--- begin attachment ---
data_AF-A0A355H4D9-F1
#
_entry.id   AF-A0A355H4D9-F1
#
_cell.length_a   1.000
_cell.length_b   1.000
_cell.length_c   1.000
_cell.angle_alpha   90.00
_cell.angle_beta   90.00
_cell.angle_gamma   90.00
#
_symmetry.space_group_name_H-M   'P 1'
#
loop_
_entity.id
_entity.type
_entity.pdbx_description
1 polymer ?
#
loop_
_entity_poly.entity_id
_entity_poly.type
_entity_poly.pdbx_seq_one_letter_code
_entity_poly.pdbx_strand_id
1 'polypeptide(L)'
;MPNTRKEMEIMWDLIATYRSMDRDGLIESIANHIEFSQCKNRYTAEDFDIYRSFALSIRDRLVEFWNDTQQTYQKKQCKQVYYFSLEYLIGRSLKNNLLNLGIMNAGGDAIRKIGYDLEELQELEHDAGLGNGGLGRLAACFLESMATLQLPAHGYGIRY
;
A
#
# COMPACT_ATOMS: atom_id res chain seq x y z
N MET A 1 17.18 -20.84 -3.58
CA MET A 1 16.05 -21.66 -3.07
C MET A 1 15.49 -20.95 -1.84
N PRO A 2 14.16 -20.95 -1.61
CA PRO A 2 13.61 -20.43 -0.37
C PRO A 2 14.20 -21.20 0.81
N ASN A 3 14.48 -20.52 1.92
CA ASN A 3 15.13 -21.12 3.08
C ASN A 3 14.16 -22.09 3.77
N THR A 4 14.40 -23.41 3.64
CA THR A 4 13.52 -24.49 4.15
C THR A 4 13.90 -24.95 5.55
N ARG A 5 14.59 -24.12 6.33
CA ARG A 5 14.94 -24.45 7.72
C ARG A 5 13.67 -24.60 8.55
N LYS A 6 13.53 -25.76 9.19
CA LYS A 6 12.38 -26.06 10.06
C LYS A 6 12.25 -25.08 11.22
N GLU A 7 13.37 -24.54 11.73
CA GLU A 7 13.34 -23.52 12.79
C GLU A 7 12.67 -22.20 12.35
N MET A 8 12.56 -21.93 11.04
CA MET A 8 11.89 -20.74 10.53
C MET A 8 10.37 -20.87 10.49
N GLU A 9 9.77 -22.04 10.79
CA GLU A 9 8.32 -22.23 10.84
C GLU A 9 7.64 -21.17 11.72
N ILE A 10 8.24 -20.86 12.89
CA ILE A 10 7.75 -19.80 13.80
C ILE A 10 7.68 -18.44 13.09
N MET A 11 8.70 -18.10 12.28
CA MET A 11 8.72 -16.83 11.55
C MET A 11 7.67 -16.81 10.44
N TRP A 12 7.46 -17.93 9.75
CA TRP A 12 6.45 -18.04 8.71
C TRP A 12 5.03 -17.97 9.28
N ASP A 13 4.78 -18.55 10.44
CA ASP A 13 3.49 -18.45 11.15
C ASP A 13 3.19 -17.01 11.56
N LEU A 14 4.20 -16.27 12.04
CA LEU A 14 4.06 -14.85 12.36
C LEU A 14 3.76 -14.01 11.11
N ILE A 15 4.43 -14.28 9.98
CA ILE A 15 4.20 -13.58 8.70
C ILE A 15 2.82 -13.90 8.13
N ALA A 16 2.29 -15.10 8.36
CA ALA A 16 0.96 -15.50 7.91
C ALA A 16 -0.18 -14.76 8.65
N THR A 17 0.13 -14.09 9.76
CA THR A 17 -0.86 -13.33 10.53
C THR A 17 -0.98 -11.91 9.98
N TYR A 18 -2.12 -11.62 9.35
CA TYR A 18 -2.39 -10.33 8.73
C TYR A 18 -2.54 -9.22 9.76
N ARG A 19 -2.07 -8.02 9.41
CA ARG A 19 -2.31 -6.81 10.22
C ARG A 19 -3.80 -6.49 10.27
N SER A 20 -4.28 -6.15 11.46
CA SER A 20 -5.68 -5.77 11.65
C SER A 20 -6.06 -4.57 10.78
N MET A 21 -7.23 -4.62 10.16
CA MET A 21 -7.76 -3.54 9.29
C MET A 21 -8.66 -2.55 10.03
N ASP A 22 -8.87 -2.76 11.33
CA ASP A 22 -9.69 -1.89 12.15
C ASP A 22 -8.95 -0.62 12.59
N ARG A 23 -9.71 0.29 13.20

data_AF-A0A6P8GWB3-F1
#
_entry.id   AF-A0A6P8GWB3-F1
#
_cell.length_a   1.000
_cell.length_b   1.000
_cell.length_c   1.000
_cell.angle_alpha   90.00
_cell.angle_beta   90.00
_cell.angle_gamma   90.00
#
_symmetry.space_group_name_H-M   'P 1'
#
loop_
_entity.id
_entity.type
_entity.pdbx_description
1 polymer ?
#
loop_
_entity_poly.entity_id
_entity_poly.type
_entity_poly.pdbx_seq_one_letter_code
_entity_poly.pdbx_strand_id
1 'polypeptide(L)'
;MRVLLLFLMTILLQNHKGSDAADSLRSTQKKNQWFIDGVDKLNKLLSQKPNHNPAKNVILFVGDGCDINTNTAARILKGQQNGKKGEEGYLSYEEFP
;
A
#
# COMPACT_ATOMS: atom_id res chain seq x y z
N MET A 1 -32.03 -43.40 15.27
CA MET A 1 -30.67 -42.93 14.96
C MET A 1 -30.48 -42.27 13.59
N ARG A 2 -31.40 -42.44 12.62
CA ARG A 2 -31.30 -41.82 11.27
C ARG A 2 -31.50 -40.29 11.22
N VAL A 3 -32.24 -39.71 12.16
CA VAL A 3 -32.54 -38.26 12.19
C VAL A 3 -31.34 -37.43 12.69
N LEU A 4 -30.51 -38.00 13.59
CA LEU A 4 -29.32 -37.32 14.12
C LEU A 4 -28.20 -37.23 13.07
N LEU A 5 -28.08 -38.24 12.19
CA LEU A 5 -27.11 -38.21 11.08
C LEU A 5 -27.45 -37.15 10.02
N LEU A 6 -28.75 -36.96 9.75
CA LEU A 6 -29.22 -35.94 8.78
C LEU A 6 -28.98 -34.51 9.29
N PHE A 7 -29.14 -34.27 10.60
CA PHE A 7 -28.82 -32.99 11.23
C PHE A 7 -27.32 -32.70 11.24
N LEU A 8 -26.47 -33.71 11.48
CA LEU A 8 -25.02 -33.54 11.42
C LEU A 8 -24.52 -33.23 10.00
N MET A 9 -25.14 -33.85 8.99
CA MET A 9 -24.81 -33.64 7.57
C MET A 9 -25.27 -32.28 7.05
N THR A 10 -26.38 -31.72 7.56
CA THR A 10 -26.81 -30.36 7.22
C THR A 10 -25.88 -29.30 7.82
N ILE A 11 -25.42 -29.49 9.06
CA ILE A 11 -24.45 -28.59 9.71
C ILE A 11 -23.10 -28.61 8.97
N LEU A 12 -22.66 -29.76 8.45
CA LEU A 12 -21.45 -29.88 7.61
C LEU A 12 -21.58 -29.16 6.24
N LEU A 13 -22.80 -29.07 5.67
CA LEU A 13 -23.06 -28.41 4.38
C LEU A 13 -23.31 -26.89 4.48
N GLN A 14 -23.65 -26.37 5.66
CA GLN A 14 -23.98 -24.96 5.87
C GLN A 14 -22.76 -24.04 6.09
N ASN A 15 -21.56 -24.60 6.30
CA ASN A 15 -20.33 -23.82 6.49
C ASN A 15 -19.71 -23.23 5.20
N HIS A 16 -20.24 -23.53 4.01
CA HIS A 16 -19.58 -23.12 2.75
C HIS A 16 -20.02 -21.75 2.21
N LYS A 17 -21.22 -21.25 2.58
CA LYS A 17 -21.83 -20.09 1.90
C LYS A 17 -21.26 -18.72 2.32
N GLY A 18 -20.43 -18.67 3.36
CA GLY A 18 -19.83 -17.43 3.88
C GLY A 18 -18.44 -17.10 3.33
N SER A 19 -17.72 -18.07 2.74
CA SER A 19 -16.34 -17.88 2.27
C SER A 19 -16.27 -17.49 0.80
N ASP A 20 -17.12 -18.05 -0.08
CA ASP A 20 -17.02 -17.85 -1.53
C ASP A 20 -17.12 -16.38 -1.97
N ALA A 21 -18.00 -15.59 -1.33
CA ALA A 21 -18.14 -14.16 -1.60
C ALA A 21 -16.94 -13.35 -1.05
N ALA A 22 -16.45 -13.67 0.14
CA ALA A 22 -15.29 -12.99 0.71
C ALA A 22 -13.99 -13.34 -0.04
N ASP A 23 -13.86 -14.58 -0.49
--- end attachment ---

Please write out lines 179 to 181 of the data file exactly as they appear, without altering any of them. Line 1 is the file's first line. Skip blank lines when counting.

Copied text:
N GLY A 18 -20.43 -18.67 3.36
CA GLY A 18 -19.83 -17.43 3.88
C GLY A 18 -18.44 -17.10 3.33